Farah Q. AL-Khalidi

Sheffield Hallam University, Sheffield, England, United Kingdom

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Publications (4)2.7 Total impact

  • Farah AL-Khalidi · Reza Saatchi · Heather Elphick · Derek Burke

    No preview · Article · Jun 2015
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    Farah Q Al-Khalidi · Reza Saatchi · Derek Burke · Heather E Elphick · Stephen Tan
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    ABSTRACT: Respiration rate is an important indicator of a person's health, and thus it is monitored when performing clinical evaluations. There are different approaches for respiration monitoring, but generally they can be classed as contact or noncontact. For contact methods, the sensing device (or part of the instrument containing it) is attached to the subject's body. For noncontact approaches the monitoring is performed by an instrument that does not make any contact with the subject. In this article a review of respiration monitoring approaches (both contact and noncontact) is provided. Concerns related to the patient's recording comfort, recording hygiene, and the accuracy of respiration rate monitoring have resulted in the development of a number of noncontact respiration monitoring approaches. A description of thermal imaging based and vision based noncontact respiration monitoring approaches we are currently developing is provided. Pediatr. Pulmonol. 2011; 46:523–529. © 2011 Wiley-Liss, Inc.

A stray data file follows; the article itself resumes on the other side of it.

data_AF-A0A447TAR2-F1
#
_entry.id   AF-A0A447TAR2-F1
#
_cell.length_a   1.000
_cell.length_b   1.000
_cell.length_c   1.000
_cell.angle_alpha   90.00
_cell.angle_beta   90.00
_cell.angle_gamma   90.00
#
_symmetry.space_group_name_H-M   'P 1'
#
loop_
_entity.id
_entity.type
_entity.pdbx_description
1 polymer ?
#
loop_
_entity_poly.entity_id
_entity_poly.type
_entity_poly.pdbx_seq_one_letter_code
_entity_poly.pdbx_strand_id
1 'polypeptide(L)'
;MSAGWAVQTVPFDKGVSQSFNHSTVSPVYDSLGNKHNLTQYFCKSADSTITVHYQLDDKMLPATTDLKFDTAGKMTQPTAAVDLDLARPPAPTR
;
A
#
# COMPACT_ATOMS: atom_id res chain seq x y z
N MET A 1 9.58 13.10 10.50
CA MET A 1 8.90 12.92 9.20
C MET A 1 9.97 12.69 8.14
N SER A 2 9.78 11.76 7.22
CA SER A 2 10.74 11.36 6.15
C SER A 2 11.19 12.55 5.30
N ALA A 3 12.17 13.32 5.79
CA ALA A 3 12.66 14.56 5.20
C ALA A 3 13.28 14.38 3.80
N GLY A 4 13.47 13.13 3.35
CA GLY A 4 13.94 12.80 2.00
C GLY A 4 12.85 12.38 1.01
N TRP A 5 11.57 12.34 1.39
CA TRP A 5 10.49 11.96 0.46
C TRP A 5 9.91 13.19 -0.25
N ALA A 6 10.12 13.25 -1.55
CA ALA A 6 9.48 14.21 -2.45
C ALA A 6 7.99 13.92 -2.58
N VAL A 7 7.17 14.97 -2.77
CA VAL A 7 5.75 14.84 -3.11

Full-text · Article · Jun 2011 · Pediatric Pulmonology
  • F.Q. AL-Khalidi · R. Saatchi · D. Burke · H. Elphick
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    ABSTRACT: A non-contact method of monitoring respiration rate is developed. The approach involved tracking a facial region of interest (ROI) associated with respiration in thermal images. Image processing techniques were used to enhance the recorded thermal images and to remove unwanted noise. The skin surface area centered on the tip of the nose was specified by a circle that covered the region affected by respiration process. Feature extraction and signal processing methods were applied to this region to compute the respiration rate. It was demonstrated that the method could successfully track the ROI for both regular and random head movement types and could determine respiration rate in a noncontact manner. Further work is in progress to enhance the algorithm so that it can cope with very large head movements.
    No preview · Conference Paper · Aug 2010
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    Farah Q. AL-Khalidi · Reza Saatchi · Derek Burke · Heather Elphick
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    ABSTRACT: A method has been developed to track a region related to respiration process in thermal images. The respiration region of interest (ROI) consisted of the skin area around the tip of the nose. The method was then used as part of a non-contact respiration rate monitoring that determined the skin temperature changes caused by respiration. The ROI was located by the first determining the relevant salient features of the human face physiology. These features were the warmest and coldest facial points. The tracking method was tested on thermal video images containing no head movements, small random and regular head movements. The method proved valuable for tracking the ROI in all these head movement types. It was also possible to use this tracking method to monitor respiration rate involving a number of head movement types. Currently, more investigations are underway to improve the tracking method so that it can track the ROI in cases larger head movements.
    Full-text · Conference Paper · Jun 2010